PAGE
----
The present invention is useful in wireless, broadcast, military and other such communication systems. One embodiment of the present invention operates across various frequency bands, such as the North American Cellular band of frequencies of 824-896 MHz, the North American Trunking System band of frequencies of 806-869 MHz, the Global System for Mobile (GSM) band of frequencies of 870-960 MHz. Another embodiment of the invention operates across several different wireless bands such as the Personal Communication System (PCS) band of frequencies of 1850-1990 MHz, the Personal Communication Network (PCN) band of frequencies of 1710-1880 MHz, and the Universal Mobile Telecommunications System (UMTS) band of frequencies of 1885-2170 MHz. In this embodiment, wireless telephone users transmit electromagnetic signals to a base station tower that includes a plurality of antennas which receive the signals transmitted by the wireless telephone users. Although useful in base stations, the present invention can also be used in all types of telecommunications systems.
The antenna illustrated in FIGS. 1a-4 b is a folded dipole antenna 10 for transmitting and receiving electromagnetic signals. The antenna 10 includes a ground plane 12 and a conductor 14 formed from a single sheet of conductive material. The conductor 14 consists of three sections, a feed section 20, a radiator input section 40, and a radiating portion including radiating sections 21 and/or 22. The feed section 20 extends adjacent the ground plane 12 and is spaced therefrom by a dielectric, such as air, foam, etc., as shown in FIG. 1b. The radiating sections 21 and 22 are spaced from the surface or edge of the ground plane 12 in order to provide an antenna capable of wide bandwidth operation that still has a compact size.
A radiator input section 40 consists of two conductor sections 41 and 42 separated by a gap 29. The conductor section 41 connects one part of the radiating section 22 to the feed line 20, and the conductor section 42 connects another part of the radiating section 22 to the ground plane 12. The radiator input section 40 has an intrinsic impedance that is adjusted to match the radiating section 22 to the feed section 20. This impedance is adjusted by varying the width of the conductor sections 41, 42 and the gap 29.
In the illustrated embodiments of FIGS. 1a-e, the antenna 10 includes two radiating sections 21 and 22. In the embodiments of FIGS. 1a-1 b, the conductor 14 is mechanically and electrically connected to the ground plane 12 at two locations 16 and 18. The radiating sections 21, 22 are supported at a distance d above the ground plane 12. In the wireless frequency band (1710-2170 MHz) embodiment, the distance d=1.22″. The conductor 14 is bent at bends 15 a and 15 b such that the feed section 20 is supported by and displaced from the ground plane 12, as illustrated schematically in FIG. 1b. As a result, the feed section 20 is generally parallel to the ground plane 12. The feed section 20 includes an RI input section 38 that is adapted to electrically connect to a transmission line. The transmission line is generally electrically connected to an RF device such as a transmitter or a receiver. In one embodiment, the RF input section 38 directly connects to the RF device. The two illustrated radiating sections 21, 22 are identical in construction, and thus only the radiating section 22 will be described in detail. Radiating section 22 includes a fed dipole 24 and a passive dipole 26. The fed dipole 24 comprises a first quarter-wavelength monopole 28 and a second quarter-wavelength monopole 30. In one embodiment, the first quarter-wavelength monopole 28 is connected to one end of the conductor section 41. The other end of the conductor section 41 is connected to the feed section 20. The second quarter-wavelength monopole 30 is connected to one end of the conductor section 42, and the other end of conductor section 42 is connected to the ground plane 12 at location 16.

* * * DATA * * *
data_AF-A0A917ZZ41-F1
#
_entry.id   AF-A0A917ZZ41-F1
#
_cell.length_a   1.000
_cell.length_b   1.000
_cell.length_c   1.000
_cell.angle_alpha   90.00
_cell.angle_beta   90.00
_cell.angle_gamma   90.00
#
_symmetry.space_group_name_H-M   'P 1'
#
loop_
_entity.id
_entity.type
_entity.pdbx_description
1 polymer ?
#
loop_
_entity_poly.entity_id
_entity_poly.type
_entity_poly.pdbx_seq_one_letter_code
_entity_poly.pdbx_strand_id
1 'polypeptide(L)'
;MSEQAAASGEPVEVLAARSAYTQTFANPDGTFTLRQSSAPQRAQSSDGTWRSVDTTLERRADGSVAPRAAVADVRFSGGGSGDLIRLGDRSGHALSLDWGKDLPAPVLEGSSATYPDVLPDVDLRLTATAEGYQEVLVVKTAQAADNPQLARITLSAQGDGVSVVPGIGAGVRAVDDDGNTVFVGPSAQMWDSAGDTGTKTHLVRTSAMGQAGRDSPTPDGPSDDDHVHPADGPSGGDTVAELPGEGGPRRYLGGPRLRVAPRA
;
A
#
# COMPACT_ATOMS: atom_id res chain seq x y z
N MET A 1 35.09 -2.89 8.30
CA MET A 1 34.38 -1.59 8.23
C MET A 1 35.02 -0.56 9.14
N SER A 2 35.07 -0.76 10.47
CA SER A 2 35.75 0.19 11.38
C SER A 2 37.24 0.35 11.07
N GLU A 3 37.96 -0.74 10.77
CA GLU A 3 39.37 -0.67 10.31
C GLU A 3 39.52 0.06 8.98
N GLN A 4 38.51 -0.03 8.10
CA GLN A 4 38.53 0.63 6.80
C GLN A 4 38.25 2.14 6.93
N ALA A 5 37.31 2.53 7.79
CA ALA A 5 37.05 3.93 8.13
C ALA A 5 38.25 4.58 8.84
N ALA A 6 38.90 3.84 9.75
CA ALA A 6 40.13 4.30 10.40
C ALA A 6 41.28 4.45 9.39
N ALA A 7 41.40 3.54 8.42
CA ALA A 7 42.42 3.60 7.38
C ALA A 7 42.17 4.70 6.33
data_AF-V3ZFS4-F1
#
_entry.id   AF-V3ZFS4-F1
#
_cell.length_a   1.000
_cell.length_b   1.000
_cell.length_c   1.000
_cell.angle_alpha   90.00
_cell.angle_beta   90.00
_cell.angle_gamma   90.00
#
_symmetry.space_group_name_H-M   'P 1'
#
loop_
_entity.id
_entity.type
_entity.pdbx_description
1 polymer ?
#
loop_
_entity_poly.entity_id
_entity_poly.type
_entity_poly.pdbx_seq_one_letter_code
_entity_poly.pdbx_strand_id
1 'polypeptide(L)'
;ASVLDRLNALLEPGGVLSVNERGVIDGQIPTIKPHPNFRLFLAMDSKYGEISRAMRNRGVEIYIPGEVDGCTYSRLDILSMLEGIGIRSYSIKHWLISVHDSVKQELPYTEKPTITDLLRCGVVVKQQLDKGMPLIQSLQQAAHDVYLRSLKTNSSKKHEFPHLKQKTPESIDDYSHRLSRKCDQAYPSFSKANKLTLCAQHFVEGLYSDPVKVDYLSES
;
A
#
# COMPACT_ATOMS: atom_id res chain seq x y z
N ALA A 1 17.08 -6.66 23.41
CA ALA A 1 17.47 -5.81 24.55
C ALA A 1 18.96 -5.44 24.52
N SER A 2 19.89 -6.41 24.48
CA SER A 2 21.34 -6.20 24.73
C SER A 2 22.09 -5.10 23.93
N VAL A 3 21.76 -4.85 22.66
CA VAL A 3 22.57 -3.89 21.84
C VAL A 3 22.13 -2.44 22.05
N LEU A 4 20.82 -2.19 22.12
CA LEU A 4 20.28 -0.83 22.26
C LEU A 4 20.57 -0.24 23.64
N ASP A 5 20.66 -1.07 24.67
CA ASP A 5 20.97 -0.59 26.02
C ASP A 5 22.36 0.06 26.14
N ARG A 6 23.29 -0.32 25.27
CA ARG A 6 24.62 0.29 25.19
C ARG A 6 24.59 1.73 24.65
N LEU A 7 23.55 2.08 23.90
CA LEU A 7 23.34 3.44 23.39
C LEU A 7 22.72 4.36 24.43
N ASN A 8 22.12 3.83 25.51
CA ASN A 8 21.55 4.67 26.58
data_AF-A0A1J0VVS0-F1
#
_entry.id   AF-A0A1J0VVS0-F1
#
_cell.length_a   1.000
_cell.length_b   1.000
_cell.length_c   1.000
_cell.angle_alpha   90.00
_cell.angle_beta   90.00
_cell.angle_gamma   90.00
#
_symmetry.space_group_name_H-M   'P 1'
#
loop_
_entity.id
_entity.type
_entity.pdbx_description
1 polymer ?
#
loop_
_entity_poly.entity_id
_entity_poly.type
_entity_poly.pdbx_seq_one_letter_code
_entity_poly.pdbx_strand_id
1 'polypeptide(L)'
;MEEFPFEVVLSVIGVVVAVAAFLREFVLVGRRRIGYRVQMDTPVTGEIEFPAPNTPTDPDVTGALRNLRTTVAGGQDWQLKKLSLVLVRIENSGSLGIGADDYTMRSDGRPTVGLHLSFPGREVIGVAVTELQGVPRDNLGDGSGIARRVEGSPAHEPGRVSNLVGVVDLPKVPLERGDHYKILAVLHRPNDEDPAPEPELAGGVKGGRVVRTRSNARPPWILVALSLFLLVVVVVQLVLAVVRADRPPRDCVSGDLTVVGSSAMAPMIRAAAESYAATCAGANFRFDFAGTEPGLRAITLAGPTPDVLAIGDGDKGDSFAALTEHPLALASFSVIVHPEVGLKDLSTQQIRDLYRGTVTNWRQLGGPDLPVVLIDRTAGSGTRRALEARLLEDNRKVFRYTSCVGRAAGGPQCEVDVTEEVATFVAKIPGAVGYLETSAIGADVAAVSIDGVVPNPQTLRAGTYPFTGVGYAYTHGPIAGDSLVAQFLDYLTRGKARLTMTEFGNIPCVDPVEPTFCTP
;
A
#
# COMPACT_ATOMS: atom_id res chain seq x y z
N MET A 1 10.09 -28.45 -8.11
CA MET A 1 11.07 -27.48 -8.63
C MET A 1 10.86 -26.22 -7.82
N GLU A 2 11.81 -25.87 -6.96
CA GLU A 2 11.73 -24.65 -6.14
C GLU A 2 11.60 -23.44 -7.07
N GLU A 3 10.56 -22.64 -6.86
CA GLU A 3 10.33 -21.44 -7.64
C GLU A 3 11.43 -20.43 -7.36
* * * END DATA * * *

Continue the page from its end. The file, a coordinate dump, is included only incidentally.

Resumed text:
In this embodiment, the conductor section 42 can be connected to the ground plane 12 by any suitable fastening device such as a nut and bolt, a screw, a rivet, or any suitable fastening method including soldering, welding, brazing, and cold forming. A suitable connection provides both electrical and mechanical connections between the conductor 14 and the ground plane 12. Thus, the antenna 10 is protected from overvoltage and overcurrent conditions caused by transients such as lightning. One method of forming a good electrical and mechanical connection is the cold forming process available from Tox Pressotechnik GmbH of Weingarten, Germany (hereinafter “the cold forming process”). The cold forming process deforms and compresses one metal surface into another metal surface to form a Tox button. The cold forming process uses pressure to lock the two metal surfaces together. This process eliminates the need for separate mechanical fasteners to secure two metal surfaces together. Thus, in the embodiment where the radiating sections 21, 22 are attached to ground plane 12 by the cold forming process, the resulting Tox buttons at locations 16 and 18 provide structural support to the radiating sections 21, 22 and provide an electrical connection to the ground plane 12. Attaching the conductor 14 to the ground plane 12 by the cold forming process minimizes the intermodulation distortion (IMD) of the antenna 10. Certain other types of electrical connections such as welding will also minimize the IMD of the antenna 10.